The life of Gramvousa’s greatest admirer came to a tragic end. He drowned in its blue waters on a dreadful day for Crete. Nikolis Tsengas was a fisherman and on 7th December 1966 his boat “Kyriakos” got caught in a raging storm near Gramvousa. At the same moment, the ferry “Irakleio” was sinking near Falkonera in Central Aegean, causing the deaths of 250 Cretans.

Nikolis Tsegas died in the place that he loved more than anywhere or anything in the world. His wife Maria, who was with him on the boat, could not save him. He became a legend, just like the island he loved so much.

Today, visitors to Gramvousa can’t help wondering how one person could tie his name to a whole island. Yet, Tsegas became part of history and remained in the hearts of all those who knew him but also of the next generations. He was a genuine person with a true Cretan soul!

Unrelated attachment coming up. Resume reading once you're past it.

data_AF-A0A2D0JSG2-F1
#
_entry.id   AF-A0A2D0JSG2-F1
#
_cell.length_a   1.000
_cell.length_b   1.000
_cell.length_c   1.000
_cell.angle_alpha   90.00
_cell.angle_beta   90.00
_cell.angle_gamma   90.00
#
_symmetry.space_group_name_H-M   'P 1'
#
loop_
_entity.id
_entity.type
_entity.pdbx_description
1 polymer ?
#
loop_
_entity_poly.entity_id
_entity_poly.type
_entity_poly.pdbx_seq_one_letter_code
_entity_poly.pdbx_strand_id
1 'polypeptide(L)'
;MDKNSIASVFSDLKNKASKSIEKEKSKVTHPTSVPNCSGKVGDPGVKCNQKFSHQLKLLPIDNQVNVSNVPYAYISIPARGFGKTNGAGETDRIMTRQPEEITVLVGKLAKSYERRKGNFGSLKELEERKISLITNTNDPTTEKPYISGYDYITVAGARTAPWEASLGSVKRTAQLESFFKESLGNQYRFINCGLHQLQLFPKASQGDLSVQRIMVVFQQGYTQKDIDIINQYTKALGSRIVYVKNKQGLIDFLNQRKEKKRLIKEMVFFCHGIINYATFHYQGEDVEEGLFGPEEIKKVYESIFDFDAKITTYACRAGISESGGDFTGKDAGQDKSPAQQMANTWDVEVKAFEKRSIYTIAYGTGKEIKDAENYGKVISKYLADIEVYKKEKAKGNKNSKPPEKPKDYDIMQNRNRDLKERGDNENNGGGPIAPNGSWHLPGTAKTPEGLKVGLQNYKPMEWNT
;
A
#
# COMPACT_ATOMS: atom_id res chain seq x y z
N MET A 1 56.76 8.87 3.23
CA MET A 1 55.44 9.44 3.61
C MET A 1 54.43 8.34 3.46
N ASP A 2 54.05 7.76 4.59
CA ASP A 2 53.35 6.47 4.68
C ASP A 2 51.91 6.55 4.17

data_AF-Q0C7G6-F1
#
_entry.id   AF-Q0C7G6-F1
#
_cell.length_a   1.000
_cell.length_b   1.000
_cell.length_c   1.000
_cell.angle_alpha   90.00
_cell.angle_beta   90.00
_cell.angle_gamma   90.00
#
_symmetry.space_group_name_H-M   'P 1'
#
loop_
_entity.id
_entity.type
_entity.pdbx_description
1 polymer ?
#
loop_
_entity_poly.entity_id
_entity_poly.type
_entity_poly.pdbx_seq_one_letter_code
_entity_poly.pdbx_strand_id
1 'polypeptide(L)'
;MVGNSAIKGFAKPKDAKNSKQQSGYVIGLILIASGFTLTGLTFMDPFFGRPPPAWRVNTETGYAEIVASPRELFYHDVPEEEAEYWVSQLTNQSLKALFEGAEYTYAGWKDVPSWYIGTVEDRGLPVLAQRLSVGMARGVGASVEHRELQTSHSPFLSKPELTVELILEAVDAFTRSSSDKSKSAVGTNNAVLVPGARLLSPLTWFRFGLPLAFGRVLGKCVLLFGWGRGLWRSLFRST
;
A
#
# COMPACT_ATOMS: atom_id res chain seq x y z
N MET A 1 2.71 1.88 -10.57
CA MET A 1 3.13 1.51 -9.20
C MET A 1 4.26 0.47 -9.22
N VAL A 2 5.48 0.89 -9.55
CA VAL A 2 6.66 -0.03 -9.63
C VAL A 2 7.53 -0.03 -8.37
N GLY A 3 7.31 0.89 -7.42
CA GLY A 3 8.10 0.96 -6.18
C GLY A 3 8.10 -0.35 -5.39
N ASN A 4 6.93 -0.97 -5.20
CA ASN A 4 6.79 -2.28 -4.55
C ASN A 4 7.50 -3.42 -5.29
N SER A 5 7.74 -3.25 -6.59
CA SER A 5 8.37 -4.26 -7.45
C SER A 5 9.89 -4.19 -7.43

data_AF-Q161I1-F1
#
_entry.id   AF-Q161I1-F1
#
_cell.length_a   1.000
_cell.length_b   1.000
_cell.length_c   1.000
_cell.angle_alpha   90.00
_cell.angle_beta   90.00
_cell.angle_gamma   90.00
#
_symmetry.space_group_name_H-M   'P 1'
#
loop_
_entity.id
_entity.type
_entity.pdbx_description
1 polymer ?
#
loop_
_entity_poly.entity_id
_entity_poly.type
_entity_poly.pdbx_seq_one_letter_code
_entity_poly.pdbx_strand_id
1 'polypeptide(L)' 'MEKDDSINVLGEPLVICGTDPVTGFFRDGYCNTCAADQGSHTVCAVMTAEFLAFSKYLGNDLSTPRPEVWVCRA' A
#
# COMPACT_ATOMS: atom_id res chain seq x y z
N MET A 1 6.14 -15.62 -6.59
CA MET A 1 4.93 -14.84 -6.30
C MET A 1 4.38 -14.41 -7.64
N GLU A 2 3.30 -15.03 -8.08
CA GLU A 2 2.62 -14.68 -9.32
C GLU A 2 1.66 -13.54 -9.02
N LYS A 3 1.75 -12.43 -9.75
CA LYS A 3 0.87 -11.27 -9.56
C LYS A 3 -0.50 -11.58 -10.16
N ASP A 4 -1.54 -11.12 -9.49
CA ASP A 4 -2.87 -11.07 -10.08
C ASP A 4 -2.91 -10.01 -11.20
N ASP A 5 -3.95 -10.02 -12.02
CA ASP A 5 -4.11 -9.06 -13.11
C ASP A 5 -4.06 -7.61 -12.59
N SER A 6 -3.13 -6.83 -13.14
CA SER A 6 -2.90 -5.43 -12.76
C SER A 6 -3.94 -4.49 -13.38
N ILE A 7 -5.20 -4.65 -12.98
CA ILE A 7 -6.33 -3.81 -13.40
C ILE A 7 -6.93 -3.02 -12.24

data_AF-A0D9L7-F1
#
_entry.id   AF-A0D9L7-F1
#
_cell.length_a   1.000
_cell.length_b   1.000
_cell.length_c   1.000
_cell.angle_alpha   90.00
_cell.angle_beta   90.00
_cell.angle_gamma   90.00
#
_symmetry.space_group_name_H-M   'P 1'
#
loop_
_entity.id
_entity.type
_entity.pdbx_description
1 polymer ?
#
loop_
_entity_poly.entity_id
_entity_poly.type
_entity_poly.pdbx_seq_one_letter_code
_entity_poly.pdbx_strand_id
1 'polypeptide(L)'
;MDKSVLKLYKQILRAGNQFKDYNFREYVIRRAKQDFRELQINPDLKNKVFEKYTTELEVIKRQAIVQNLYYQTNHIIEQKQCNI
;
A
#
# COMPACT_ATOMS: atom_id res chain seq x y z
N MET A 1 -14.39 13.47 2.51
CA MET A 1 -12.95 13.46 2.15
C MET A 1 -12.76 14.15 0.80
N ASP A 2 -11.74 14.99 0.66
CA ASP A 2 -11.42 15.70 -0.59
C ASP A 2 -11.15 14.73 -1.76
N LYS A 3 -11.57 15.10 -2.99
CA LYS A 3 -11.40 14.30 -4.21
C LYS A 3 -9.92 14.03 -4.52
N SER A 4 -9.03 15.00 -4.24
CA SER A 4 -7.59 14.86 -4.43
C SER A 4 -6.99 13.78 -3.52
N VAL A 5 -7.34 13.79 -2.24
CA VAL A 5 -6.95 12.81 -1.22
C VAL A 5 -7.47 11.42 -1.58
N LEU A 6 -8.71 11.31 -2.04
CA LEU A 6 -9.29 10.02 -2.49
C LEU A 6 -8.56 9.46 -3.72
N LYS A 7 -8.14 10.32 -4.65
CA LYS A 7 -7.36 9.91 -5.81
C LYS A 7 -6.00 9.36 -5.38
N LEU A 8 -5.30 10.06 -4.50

Every year on the last Saturday of July, our company organises an excursion together with the Association for the Promotion of Kissamos called “Grabousa”, as part of the “Grabousia” festivities. Our ships bring participants to Gramvousa and Balos (Tigani). There, in the castle of Gramvousa, a memorial ceremony takes place with a speech and religious chanting in the honour of all those who died during the revolution. The same is repeated in Balos, where the Association placed a memorial plaque in 1997. On their way from Gramvousa to Balos, passengers throw wreaths where Nikolis Tsegas drowned and accompanied by violinists and lute players, they sing with tears in their eyes the mantinada “Stis Grabousas t’ akrotiri” (At the Cape of Gramvousa). That way they once again say goodbye to the legendary poet of Gramvousa...